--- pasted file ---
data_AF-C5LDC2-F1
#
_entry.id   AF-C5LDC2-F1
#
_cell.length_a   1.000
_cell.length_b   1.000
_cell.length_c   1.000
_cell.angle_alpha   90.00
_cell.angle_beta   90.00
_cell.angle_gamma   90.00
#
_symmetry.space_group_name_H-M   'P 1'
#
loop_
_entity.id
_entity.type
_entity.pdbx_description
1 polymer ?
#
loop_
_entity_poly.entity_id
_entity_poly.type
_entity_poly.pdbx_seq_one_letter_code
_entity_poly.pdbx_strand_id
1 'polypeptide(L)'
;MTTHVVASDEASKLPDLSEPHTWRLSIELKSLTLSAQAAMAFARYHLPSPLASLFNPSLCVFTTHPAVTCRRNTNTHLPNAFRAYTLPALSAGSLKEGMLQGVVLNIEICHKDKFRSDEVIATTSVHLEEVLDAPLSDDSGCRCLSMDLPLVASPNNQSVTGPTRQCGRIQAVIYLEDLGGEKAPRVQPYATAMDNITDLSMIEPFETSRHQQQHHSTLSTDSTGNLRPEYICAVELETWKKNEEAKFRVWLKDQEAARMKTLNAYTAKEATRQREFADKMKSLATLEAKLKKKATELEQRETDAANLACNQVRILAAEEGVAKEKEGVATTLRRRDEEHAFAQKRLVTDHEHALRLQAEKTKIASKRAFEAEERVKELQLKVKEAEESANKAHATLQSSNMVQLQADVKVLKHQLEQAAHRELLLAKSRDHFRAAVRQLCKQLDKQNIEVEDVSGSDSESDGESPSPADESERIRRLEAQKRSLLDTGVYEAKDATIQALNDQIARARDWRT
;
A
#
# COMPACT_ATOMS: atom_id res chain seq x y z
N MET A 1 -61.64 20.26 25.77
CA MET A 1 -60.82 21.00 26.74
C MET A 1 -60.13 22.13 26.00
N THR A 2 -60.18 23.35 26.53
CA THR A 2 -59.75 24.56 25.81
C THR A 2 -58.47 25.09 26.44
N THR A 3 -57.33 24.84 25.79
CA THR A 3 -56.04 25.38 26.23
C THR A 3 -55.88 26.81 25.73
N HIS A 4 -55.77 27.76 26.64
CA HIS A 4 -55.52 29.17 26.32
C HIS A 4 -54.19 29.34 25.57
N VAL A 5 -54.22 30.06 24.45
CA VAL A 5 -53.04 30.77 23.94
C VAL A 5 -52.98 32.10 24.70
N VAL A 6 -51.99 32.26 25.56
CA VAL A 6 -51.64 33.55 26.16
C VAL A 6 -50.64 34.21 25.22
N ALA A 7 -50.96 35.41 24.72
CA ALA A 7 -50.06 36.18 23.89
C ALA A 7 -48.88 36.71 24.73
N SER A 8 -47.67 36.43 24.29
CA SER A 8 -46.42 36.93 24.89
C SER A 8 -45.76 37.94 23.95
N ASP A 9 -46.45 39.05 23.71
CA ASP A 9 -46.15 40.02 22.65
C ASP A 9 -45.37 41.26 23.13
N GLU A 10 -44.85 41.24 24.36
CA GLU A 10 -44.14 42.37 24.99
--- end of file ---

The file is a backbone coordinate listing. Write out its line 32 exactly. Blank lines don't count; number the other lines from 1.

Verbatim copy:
CA MET A 1 -60.82 21.00 26.74